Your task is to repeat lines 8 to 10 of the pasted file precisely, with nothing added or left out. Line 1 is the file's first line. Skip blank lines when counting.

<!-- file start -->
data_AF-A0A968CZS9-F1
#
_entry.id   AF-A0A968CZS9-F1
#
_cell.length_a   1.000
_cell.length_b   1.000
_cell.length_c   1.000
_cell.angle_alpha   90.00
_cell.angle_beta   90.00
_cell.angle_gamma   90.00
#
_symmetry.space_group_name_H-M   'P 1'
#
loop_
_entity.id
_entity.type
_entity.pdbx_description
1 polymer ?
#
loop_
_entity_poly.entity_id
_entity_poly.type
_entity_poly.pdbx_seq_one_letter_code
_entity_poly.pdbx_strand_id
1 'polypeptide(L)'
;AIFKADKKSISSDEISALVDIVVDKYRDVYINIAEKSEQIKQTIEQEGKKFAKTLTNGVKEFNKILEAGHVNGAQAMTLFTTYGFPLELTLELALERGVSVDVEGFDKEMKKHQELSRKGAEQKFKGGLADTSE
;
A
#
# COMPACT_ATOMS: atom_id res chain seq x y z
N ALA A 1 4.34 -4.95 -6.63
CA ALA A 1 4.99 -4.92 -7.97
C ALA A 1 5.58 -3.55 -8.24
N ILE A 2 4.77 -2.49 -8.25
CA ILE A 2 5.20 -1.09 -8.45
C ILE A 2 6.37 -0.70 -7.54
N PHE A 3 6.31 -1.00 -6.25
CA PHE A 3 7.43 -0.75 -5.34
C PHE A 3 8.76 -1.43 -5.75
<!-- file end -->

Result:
_cell.angle_alpha   90.00
_cell.angle_beta   90.00
_cell.angle_gamma   90.00